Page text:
Clients who initially worry about the selfishness of therapy also eventually discover that therapy isn’t selfish at all. They realize how much people around them are benefitting from the work they’ve done in therapy. They notice that they are better romantic partners to their partners, better parents to their children, and better friends to their friends. When they are not dragged down, imprisoned or overwhelmed with difficult feelings, they have more time and energy to give to others. They start to see therapy not as a selfish luxury, but as a social responsibility to which they wish more people would commit. They feel proud of the work that they did in therapy. They see that what is good for them is good for everyone around them.
“Am I Really Crazy?”
This is question is, in some ways, the reverse of “Do I deserve therapy?”. Rather than fearing that they don’t deserve to be in therapy, these people fear that they definitely deserve to be in therapy.
People with this worry fear that they are so erratic, so irrational, so out of touch with reality or so irritating to others that everyone but them knows that they need to be in therapy. These clients are often frightened to look too closely at themselves for fear of what they might find, and in my experience, these clients sometimes leave treatment too soon.
My experience is also that these clients aren’t generally any more “crazy” than other clients who seek therapy. Generally, these clients are smart, capable people who have had some difficult life experiences and who have, nonetheless, achieved some pretty phenomenal things. And despite all of their achievements, they aren’t enjoying their lives very much. If they manage to stay in therapy despite their fear of finding out that they are “really crazy” or “really messed up”, they are able to gain much from the process. They are able to stop running from their fear that they are "broken"and face the concerns that have been haunting them. They come to view themselves with more compassion, which creates the necessary emotional space to tackle the problems that have been keeping them from more fulfilling lives.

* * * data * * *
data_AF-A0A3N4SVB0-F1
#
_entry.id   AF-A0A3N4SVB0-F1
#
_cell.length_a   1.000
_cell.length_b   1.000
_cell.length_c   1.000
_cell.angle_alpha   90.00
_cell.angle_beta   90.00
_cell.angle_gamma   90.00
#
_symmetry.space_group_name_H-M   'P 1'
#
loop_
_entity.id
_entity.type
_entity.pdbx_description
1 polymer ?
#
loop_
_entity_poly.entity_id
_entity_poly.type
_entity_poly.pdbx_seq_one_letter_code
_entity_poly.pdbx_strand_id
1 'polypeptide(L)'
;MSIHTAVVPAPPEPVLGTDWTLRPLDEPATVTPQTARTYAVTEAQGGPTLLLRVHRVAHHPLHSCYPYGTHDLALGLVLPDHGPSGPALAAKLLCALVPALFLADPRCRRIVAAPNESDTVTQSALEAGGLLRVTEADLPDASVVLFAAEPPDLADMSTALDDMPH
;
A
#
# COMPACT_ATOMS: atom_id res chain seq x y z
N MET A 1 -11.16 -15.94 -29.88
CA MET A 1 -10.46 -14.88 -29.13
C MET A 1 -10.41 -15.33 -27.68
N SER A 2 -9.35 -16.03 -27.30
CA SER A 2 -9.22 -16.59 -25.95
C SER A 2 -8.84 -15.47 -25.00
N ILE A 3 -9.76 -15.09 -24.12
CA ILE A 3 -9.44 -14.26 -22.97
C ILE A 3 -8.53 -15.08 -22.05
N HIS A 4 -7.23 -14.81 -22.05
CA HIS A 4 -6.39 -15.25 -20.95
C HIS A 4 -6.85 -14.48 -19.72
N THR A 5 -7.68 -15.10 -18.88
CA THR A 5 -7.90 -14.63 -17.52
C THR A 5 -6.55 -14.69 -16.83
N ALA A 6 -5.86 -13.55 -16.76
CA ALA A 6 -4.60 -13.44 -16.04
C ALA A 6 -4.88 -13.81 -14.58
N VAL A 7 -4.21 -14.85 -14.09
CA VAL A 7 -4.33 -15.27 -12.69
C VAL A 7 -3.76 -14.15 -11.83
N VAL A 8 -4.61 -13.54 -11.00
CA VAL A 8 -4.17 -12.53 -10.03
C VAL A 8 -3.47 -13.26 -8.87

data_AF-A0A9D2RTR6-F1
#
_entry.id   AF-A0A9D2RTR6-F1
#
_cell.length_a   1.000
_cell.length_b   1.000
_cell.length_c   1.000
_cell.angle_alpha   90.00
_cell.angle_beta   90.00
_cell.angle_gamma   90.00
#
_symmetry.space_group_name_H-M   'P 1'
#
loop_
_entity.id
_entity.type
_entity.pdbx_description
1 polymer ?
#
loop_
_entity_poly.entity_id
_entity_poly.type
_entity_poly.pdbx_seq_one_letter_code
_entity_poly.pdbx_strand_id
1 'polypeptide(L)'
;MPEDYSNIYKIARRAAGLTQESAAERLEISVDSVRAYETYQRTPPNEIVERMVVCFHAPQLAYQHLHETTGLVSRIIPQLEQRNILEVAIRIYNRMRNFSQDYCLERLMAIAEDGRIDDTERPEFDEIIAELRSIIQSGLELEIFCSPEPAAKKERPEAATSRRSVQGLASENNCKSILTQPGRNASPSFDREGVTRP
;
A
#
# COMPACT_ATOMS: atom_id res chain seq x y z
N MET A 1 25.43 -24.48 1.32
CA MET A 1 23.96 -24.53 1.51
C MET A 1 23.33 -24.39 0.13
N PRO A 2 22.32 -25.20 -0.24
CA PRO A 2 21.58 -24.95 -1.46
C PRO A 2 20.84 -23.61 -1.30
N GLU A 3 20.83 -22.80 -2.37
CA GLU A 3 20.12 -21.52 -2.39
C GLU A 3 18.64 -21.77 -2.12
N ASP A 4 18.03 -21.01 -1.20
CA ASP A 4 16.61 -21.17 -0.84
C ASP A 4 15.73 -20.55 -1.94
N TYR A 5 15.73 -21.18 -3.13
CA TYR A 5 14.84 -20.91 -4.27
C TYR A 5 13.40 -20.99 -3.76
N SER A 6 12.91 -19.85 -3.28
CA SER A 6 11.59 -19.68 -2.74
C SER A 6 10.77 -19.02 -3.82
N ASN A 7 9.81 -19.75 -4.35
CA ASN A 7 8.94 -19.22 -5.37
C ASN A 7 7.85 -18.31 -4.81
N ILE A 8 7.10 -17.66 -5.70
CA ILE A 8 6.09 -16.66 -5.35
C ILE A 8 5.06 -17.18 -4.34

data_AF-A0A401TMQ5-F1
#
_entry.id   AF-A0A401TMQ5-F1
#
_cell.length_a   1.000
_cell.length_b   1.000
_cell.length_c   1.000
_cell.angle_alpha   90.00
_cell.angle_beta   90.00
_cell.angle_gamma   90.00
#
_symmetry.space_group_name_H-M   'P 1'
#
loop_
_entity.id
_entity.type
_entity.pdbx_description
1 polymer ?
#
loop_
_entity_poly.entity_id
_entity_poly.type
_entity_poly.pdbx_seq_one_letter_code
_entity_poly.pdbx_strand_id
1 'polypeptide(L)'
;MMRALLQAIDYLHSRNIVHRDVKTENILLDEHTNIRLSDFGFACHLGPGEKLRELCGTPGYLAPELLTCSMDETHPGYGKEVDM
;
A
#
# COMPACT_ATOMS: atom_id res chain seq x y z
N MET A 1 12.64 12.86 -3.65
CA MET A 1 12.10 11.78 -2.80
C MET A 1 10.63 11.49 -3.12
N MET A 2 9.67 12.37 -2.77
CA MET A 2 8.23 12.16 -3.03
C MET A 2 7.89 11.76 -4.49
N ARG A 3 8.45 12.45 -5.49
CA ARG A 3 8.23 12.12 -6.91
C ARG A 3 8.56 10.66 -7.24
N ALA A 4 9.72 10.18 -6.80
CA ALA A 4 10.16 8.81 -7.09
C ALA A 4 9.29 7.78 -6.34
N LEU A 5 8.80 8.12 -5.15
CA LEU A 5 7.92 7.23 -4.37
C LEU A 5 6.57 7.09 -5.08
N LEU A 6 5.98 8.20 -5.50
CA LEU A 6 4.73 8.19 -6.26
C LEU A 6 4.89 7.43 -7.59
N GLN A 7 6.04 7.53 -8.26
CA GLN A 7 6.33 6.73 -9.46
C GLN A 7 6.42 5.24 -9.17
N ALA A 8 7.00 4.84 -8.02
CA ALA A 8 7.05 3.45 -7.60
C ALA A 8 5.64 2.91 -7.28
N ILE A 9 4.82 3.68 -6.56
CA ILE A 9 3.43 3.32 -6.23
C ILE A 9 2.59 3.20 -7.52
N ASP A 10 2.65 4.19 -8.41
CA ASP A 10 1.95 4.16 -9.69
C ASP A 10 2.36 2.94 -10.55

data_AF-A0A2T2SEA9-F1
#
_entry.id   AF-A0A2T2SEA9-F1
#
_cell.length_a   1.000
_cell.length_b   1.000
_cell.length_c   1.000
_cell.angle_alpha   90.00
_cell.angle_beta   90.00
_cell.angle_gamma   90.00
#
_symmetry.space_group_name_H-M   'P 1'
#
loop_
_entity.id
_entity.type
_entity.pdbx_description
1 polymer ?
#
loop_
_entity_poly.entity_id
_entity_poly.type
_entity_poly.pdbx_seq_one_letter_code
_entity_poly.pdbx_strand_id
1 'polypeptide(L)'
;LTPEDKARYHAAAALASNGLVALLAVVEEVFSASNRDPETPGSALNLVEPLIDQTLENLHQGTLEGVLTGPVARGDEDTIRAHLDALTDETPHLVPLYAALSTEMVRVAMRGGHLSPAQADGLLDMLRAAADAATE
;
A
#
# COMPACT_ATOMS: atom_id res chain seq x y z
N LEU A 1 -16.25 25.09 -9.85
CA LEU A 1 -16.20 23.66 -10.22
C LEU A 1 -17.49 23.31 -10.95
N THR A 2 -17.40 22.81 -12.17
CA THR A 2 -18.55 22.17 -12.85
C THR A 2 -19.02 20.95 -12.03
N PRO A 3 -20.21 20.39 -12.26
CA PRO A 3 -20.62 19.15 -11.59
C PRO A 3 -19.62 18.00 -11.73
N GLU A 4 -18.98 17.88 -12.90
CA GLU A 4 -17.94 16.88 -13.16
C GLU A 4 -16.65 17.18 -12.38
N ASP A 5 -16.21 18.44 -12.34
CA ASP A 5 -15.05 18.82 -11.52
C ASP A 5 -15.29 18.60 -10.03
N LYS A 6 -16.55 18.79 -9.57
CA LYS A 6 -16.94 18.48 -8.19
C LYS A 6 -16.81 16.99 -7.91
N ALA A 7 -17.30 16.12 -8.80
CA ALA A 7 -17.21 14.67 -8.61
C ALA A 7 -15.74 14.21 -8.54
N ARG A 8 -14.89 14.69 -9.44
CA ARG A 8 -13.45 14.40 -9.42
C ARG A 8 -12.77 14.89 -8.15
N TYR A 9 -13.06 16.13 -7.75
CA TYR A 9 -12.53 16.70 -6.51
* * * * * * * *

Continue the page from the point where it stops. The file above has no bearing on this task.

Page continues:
A Better Question: "Do I Want Things to Be Better?"
Rather than asking yourself if you really need therapy, ask yourself if you really want your emotional life to improve. Do you want to feel happier or more content? Do you want to feel more motivated? Do you want to feel more confident? Do you want to feel less overwhelmed? Do you want to stop behaving in self-defeating ways? Do you want to be a better romantic partner? Or want to stop dating people who are unkind to you? Do you want to stop fighting with your relatives? Do you want to stop feeling stuck?
And, also, do you want help in making these things happen? Working with a therapist means having support in reaching the emotional and relational goals you have for yourself. It means joining forces with someone to help move your life in the direction you’d like it to go. It means no longer having to figure out how to make this thing happen all on your own. It means having someone listen deeply to your concerns and having someone helping you to understand yourself and your life better.
And whether or not you think you need that, you may very well want it.
Carly Earnshaw, MFT is a San Francisco therapist who provides psychotherapy to people struggling with depressionand problems in relationships. She also helps people recover from difficult childhood experiences. She has offices located in the Sunset Districtand Hayes Valleyin San Francisco. To schedule an appointment, call her San Francisco office at (415) 261-2989. You can also email.